The Willow project is not a “carbon bomb.”

The U.S. Bureau of Land Management (BLM) estimates that Willow will create only a fraction of 1% of all U.S. emissions.

The vast majority of those – approximately 0.1% of 2019 U.S. annual emissions, or 0.3% of anticipated 2030 U.S. annual emissionsi – will come from consumer end-use products such as gasoline for cars, diesel for tractors and fuel oil for home heating. These emissions, known as “Scope 3 emissions,” are not from sources owned or controlled by ConocoPhillips. In other words, even if Willow weren’t developed, these emissions would still occur because fuel is still needed in the United States – but in that case the economic benefits of producing the needed energy would accrue elsewhere.

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  • Willow will use modern technology and practices to minimize operational greenhouse gas (GHG) emissions. Government data indicates Willow direct (Scope 1 and Scope 2) emissions from the Final SEIS would be lower than 709 other GHG emitters in the U.S.ii
  • The BLM concluded that Willow’s annualized direct and net indirect emissions (4.3 million tonnes per year) are comparable to approximately one theoretical coal-fired power plant.

The Willow project will not use “chillers.”

Responsible North Slope development – including Willow infrastructure – uses what are known as passive thermosyphons, which allow ground heat to transfer out of the permafrost. These devices are not “chillers” as some have falsely claimed. They are standard Arctic engineering devices that have been in use since the 1960s, and are commonly used when constructing buildings, railroads, bridges and subsistence ice cellars. They require no external power supply.

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  • Passive thermosyphons are simple devices, usually vertical sealed pipes that are partially embedded in the permafrost. Pressurized two-phase gas (typically natural refrigerants such as CO2 or NH3) moves through the sealed closed-loop system, driven by the difference in temperature between the cold winter air and the warmer ground temperature. As the vapor/condensate moves, heat is transferred out of the permafrost. Read more about thermosyphons and how they work here.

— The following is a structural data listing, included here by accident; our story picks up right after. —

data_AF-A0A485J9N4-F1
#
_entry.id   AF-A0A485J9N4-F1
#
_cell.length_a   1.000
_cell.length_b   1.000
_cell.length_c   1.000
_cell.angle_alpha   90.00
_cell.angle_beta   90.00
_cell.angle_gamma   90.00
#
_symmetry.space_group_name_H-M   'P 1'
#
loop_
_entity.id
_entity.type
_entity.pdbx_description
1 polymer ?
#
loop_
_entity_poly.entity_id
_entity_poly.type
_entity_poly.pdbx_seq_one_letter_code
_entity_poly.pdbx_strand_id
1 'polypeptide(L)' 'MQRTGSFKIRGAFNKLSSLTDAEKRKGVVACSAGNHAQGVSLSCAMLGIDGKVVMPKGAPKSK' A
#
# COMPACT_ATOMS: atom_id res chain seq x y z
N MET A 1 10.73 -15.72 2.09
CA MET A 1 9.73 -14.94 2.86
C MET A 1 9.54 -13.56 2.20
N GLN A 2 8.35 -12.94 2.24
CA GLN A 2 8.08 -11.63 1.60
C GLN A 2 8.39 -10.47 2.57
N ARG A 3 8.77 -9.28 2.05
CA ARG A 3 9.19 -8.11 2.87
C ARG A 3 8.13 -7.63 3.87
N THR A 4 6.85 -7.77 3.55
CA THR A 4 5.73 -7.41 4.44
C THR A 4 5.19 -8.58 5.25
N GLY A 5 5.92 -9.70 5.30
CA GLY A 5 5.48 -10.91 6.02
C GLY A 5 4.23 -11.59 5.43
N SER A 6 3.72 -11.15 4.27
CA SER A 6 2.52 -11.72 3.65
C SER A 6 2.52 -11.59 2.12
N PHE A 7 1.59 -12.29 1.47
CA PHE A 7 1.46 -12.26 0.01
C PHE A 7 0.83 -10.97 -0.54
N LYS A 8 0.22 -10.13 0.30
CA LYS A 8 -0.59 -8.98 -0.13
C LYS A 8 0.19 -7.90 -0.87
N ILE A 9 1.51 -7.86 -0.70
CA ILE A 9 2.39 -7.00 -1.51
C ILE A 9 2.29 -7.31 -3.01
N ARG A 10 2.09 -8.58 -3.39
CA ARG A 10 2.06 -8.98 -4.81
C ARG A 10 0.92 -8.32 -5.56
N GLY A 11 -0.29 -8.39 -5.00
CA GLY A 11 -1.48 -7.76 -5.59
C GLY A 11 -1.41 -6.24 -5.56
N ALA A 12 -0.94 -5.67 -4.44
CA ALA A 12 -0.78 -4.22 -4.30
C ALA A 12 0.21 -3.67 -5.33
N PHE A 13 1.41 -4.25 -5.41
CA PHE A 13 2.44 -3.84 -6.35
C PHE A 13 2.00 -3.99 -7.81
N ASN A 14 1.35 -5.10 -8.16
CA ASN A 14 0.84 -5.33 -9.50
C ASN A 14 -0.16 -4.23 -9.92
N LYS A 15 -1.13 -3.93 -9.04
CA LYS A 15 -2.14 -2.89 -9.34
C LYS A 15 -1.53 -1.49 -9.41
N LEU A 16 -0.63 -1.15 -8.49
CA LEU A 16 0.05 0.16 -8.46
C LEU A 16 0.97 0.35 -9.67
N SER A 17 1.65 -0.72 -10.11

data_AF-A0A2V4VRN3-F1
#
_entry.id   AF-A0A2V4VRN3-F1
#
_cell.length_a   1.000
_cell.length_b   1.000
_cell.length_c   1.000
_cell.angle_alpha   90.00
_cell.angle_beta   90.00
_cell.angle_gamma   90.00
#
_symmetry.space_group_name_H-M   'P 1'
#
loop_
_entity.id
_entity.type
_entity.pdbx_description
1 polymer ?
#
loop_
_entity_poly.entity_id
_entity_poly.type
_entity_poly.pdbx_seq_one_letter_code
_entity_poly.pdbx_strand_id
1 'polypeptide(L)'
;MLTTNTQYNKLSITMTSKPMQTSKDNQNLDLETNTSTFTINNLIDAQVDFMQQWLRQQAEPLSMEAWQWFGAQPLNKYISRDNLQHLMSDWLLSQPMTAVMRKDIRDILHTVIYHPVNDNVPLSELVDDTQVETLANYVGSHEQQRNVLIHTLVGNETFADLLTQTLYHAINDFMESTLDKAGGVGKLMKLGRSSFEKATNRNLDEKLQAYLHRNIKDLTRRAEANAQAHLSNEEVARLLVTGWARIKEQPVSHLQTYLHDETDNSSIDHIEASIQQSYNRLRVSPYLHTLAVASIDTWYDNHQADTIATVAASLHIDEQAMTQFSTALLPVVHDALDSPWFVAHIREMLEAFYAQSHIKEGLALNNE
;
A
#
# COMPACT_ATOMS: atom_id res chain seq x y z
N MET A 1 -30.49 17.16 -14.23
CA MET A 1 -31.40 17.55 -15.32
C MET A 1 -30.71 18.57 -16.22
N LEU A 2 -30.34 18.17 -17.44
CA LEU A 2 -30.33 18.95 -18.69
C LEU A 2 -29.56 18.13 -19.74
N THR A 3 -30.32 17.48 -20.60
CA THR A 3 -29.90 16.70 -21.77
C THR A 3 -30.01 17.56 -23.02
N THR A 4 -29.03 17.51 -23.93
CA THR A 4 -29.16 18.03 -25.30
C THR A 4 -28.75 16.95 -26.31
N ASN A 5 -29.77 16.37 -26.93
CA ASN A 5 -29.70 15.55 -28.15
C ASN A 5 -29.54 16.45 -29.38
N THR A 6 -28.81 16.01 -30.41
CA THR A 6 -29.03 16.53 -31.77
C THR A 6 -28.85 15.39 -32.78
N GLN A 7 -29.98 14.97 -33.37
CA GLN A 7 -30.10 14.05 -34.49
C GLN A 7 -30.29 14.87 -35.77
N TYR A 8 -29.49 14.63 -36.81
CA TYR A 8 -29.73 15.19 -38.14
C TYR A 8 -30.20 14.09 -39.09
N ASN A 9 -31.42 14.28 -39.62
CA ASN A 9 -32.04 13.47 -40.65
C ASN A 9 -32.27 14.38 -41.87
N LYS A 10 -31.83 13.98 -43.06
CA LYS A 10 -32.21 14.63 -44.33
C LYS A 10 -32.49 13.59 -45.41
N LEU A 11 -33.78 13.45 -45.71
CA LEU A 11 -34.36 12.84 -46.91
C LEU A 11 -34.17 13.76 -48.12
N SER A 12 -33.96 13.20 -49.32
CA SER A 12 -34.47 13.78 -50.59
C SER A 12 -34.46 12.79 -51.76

Alaska Native groups support the Willow project.

The North Slope and Alaska Native communities closest to Willow have voiced strong support for the project. In order to gather comments on the project from the people closest to Willow’s proposed site, ConocoPhillips participated in multiple years of engagement including over 150 in-person meetings with local residents and stakeholders, and the BLM held 25 public hearings in Anchorage, Fairbanks, Nuiqsut, Utqiagvik, Atqasuk and Anaktuvuk Pass. Feedback from these meetings shaped the design of the project.

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  • Ensuring Willow will have minimal impact on the subsistence lifestyle of Alaska Native residents is a priority. As a result, many subsistence mitigation measures were built into the project design, including road access for local community members, boat launches, subsistence road pullouts and subsistence trails.
  • Multi-year baseline studies in the Willow area found subsistence harvests have remained at or above previous levels for the duration of ConocoPhillips existing operations near Nuiqsut. These studies will continue throughout the Willow project’s lifetime.Read letters of support from Alaska Native communities and organizations.

The Willow project is on land that the federal government designated for petroleum development and is subject to strict environmental protection requirements.

Willow is located on the National Petroleum Reserve-Alaska (NPR-A), land which was set aside 100 years ago specifically for petroleum development. Roughly the size of Indiana, the NPR-A covers approximately 23 million acres. The Willow gravel footprint is 385 acres, which is less than 0.002% of the total NPR-A. In the area where development will occur, activities are comprehensively regulated to protect air, water, wildlife and other valuable public resources.

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Willow was designed to co-exist with wildlife.

ConocoPhillips maintains strict operational requirements for wildlife protection, building on a four-decade track record of continuous engineering improvements to avoid and minimize wildlife impacts in our operating fields on the North Slope. Science-based engineering design features at Willow include seven-foot-high pipelines as well as road and pipeline separation to allow for continued caribou movement and herd distribution. Additionally, to minimize the risk of hazards to birds, there are no power lines at Willow.